I used to think that when I approached a woman to ask if she was willing to talk with me about her domestic life, and she paused, that it was my imagination. Knowing it was an unusual request, I’d disguise the pause with chat, aimed at putting us both at ease. Perhaps, I thought, it was my own nervousness that had caused the hesitation. But after a while I realised that it wasn’t my imagination. Whenever I ask a woman whether she might talk to me about domesticity, she really does think twice before responding.
Why, I wonder, is this? Could it be that we don’t quite trust ourselves to talk frankly about an area of our lives that we rarely open up about? Is it that the stories we tell ourselves, about how we imagine other women manage their home lives, instinctively lead us to keep quiet about our own? Other women, we tell ourselves, with just a hint of self-reprimand, are on top of housekeeping. They are reconciled to the daily demands that their homes make on them. We, on the other hand, are only occasionally on top of our home lives. And this is why, just as we rush round cleaning up the house when the doorbell goes, we don’t trust ourselves to talk freely about domesticity.
‘If you can’t say anything nice, don’t say anything at all’, my mother used to say. Is this why we veil our domestic lives from anyone but close friends? Do we fear the protest that might pour unbridled from our mouths? Or do we fear being judged by a standard of domestic excellence that we know we’ll never achieve? There is nothing wrong with privacy, you may say. And I’ll agree with you. However the problem with shielding our domestic lives, to the degree most of us do, is that we end up veiling the domestic triumphs that mean so much to us personally, yet don’t stack up in public.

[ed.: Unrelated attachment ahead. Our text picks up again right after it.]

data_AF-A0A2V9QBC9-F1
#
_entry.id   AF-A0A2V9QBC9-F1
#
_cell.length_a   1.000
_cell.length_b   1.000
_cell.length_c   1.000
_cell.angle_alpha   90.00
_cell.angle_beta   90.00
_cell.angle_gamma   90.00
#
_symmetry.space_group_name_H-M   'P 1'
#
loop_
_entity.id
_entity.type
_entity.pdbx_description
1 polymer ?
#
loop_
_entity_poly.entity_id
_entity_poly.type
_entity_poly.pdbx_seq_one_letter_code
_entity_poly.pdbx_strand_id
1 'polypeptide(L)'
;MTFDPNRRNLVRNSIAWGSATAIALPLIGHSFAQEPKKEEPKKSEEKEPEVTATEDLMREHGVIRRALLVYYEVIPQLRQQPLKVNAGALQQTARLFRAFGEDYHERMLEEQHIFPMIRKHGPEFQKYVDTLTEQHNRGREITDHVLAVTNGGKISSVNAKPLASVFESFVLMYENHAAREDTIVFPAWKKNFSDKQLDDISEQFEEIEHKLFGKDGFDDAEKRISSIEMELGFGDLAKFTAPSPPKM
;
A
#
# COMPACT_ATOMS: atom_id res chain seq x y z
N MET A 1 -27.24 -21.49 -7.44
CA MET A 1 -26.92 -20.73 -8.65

Besides, our domestic life may be a largely private affair, but it’s no small affair. How could something that takes up roughly a quarter of our waking hours be slight in its impact? This may explain why, whenever I do sit down to chat to someone about their domestic life, the conversation takes on a life of its own. Like a babbling brook after rain whoever I am speaking with has more to say, even after our hour is up. The fear that she might have nothing of interest to say, that her domestic life is without significance to others, flips into reverse. And the relief is palpable.
Most of us feel relatively secure about our work life. We may worry about the trajectory of our career, fantasise about switching to another line of work, or wonder about launching our own business. But we don’t have a problem valuing what we do when we’re working. Our work life gives us back to ourselves. It integrates us, reflecting back a coherent sense of self. Ironically it’s at home that many of us feel less secure. It’s almost as if our hold over our home lives, being less public, is more fragile than our hold over our work lives. We may be under more pressure at work, but it’s a pressure that we’ve learned to deal with, even enjoy. In contrast it’s at home that we wonder whether we’re meeting our expectations. It’s at home that we fear judgment and are prey to guilt. When a friend comes to the front door unannounced, we immediately fall into apologising for our messy house in a way that we’d never apologise for ourselves at work.